This year, the competition was intense, and one of our judges reported "They are all winners!" Dozens of high school students from across the United States competed for the Astronomical League's National Young Astronomer Award. The top six finalists' award applications were submit-ted to our panel of national judges, all noted astronomers. For this year's award, the judges were Dr. Frank Bash, Director of the McDonald Observatory, Dr. David Hans Hough, professor at Trinity University, and Dr. Robert Stencel, professor at the University of Denver. Here are the results for 1999:
First Place: Elizabeth Fernandez.
Elizabeth Fernandez is the first place winner. She is a senior at St Pius X High School in Albuquerque, New Mexico. She will receive an all expenses paid trip to the Astronomical League's 52nd annual convention at Cheney, Washington, this July where she will receive a $3,500 Meade 10-inch LX-200 telescope made possible by the generous support of Meade Instruments Corporation. In addition, she will receive a lifetime pass to the McDonald Observatory, compliments of the University of Texas.
Elizabeth's most recent astronomical research project was titled, Active Galaxies in the Perseus Supercluster. Elizabeth compared Seyfert galaxies to Low-Ionization Nuclear Emission-line Region (LINER) galaxies, and she concluded that black holes provide the power for Active Galactic Nuclei (AGNs). She used imaging equipment and telescopes at the Capilla Peak Observatory in New Mexico to conduct her observations. Elizabeth has a long list of outstanding awards and achievements. She was elected to the National Honor Society in her junior year, and has been a top ranked, honor roll student despite a challenging course load which included calcu-lus and advanced physics. At the regional science fair in 1998, she won first place for her project, Spectroscopy, Unlocking the Secrets of the Universe. She received six first place achievement awards from science organizations and sci-ence fairs for her superb astronomical research work.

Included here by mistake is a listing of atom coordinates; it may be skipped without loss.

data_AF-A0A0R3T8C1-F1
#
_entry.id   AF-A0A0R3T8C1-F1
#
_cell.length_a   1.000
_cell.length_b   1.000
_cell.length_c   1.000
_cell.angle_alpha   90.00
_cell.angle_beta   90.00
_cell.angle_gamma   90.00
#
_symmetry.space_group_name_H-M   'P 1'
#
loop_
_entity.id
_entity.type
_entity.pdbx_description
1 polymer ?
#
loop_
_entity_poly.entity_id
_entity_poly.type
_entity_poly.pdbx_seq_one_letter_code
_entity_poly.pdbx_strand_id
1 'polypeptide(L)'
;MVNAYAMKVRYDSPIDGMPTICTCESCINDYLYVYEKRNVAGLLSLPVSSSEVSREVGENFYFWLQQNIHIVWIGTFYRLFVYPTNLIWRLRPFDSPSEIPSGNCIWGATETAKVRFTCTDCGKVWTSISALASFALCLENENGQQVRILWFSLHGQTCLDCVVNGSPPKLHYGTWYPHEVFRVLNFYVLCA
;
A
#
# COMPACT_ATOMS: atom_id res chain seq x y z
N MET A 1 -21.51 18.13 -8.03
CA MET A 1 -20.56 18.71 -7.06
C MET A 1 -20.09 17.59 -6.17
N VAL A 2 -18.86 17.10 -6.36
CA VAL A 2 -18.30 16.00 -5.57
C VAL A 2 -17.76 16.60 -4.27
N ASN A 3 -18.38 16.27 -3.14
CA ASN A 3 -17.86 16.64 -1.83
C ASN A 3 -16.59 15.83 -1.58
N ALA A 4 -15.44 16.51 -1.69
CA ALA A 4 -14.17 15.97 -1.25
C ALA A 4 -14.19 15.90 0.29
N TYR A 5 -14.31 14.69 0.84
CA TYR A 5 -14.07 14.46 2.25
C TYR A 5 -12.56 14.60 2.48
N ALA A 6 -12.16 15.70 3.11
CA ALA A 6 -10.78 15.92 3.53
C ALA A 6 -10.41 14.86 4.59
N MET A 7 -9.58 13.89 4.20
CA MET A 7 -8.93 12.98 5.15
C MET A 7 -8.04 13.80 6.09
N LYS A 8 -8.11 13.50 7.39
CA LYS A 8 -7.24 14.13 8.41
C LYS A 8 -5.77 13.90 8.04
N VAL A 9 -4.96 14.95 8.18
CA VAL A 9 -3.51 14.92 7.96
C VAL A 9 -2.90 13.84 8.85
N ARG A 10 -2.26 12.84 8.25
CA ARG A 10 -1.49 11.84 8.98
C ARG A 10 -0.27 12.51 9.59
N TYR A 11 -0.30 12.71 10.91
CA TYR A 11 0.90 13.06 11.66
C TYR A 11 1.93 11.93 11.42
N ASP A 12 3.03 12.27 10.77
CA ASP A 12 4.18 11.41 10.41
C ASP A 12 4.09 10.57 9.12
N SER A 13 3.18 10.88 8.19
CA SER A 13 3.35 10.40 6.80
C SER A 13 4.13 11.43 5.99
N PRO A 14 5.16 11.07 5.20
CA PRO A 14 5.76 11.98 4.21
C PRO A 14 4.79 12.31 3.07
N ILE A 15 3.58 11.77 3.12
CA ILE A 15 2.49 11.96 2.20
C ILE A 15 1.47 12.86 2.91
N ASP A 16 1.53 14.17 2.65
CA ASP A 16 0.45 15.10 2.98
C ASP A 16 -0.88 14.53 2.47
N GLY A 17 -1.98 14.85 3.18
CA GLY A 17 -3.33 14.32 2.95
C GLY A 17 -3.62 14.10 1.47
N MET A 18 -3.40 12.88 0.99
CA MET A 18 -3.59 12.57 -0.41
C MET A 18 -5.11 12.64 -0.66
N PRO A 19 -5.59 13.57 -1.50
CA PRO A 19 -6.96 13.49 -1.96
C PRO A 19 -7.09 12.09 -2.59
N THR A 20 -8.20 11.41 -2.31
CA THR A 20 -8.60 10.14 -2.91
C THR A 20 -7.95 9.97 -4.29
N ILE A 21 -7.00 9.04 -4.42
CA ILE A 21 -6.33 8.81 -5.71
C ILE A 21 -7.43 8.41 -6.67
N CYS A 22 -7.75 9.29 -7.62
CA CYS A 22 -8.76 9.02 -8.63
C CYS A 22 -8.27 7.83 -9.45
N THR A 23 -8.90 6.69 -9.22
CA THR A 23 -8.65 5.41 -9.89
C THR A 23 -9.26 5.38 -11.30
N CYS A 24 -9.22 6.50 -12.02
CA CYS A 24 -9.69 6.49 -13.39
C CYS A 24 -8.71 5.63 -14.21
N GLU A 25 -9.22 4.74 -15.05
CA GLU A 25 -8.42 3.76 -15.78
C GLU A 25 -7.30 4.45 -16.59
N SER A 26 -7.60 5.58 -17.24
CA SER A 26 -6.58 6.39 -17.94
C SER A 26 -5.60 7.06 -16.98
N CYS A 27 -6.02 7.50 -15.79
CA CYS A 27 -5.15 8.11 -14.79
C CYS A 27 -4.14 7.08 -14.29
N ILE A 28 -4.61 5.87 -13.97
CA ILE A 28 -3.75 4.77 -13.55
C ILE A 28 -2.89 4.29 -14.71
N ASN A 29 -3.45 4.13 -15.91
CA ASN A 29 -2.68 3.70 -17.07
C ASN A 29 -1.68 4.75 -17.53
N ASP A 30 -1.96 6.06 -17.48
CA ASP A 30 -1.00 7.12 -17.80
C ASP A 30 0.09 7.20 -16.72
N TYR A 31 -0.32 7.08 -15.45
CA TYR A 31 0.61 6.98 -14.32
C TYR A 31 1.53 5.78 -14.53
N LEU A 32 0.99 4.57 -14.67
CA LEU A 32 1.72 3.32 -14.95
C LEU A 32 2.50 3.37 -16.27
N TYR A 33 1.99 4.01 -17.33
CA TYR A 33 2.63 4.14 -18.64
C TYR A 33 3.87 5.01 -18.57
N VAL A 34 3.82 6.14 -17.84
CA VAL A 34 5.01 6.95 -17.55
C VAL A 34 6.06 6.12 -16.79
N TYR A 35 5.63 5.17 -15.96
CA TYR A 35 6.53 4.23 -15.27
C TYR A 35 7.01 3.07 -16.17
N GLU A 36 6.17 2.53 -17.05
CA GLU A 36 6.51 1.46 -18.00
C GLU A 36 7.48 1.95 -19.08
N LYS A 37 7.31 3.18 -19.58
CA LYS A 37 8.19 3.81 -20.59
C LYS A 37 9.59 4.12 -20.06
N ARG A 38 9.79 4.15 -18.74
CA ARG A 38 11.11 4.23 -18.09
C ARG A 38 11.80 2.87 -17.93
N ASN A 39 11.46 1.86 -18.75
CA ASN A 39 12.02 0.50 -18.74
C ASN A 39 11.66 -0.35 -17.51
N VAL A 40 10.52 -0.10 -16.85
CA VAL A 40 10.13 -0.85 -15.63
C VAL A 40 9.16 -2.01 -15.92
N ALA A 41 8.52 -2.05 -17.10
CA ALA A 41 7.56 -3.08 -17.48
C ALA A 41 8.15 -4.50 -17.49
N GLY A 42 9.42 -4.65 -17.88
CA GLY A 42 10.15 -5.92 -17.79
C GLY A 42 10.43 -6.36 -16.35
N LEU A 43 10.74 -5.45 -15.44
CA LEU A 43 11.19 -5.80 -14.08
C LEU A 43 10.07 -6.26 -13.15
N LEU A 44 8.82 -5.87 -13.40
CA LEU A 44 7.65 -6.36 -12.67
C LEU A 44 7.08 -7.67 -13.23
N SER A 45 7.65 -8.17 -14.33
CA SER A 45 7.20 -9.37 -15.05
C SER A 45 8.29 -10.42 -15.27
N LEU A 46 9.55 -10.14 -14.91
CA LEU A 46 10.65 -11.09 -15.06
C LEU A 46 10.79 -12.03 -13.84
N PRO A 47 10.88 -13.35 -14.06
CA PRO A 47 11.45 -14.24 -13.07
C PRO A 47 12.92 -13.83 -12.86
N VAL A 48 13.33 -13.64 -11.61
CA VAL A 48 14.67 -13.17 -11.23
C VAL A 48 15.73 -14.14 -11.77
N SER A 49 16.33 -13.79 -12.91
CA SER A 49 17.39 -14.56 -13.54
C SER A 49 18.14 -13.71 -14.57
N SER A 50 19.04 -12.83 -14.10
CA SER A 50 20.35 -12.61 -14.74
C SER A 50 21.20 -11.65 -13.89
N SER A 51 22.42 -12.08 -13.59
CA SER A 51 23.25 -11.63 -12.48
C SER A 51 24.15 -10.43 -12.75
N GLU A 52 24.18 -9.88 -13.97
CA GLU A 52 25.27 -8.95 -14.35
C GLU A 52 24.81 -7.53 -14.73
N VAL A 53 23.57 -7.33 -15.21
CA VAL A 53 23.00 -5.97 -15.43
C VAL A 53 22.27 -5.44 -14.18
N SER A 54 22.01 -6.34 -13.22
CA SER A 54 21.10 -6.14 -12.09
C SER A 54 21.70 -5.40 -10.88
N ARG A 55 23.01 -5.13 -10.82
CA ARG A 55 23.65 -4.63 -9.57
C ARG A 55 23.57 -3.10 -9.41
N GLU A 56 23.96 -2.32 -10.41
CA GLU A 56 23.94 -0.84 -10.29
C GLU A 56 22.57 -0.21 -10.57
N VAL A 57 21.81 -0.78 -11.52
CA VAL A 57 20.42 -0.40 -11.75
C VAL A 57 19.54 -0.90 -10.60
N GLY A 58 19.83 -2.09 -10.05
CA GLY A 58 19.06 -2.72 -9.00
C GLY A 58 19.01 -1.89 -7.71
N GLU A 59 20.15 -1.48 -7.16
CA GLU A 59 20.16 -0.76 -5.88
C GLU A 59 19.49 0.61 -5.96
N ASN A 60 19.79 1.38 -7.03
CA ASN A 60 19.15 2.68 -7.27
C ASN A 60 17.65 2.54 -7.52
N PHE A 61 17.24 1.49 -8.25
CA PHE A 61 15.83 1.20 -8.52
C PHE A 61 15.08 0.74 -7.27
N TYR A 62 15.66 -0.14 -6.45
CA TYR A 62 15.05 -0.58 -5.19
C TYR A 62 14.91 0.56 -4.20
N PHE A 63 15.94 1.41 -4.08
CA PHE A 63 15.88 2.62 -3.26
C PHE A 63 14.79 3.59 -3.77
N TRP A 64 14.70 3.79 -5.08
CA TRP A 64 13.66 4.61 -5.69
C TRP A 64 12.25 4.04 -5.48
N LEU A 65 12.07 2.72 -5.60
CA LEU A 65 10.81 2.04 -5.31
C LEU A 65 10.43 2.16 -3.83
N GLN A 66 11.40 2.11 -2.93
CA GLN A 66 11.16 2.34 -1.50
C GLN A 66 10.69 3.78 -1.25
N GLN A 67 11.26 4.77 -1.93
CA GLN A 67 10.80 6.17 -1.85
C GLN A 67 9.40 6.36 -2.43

Second Place: Rigel Woida-O'Brien.
Rigel Woida-O'Brien, a senior at Tucson High Magnet School, won second place honors. Rigel will receive a lifetime pass to the McDonald Observatory. Rigel was the key engineer and driving force in the fabrication of the primary and secondary optics on his school's new 30-inch telescope, the largest telescope in Tucson, Arizona. In addition, he served as co-instructor in a research methods class to teach other students optics techniques and CCD imaging methods.
In 1998, Rigel won second place honors in the regional science and engineering fair and was selected to represent his school at the International Science and Engineering Fair. At ISEF, Rigel won a second place award and $1500 for his technical achievements with Interferometric Testing of Optical Surfaces. In this project, Rigel built a Helium-Neon based interfer-ometer. Based upon his superb achievements in telescope design and fabrication, Rigel won sev-eral major scholarships.
Third Place: Tracy Lea Klayton.
The third place winner is Tracy Klayton, a senior at Thomas Jefferson High School for Science and Technology in Alexandria, Virginia. Her research involved calculating the distance to NGC 6543, the Cat's Eye Nebula.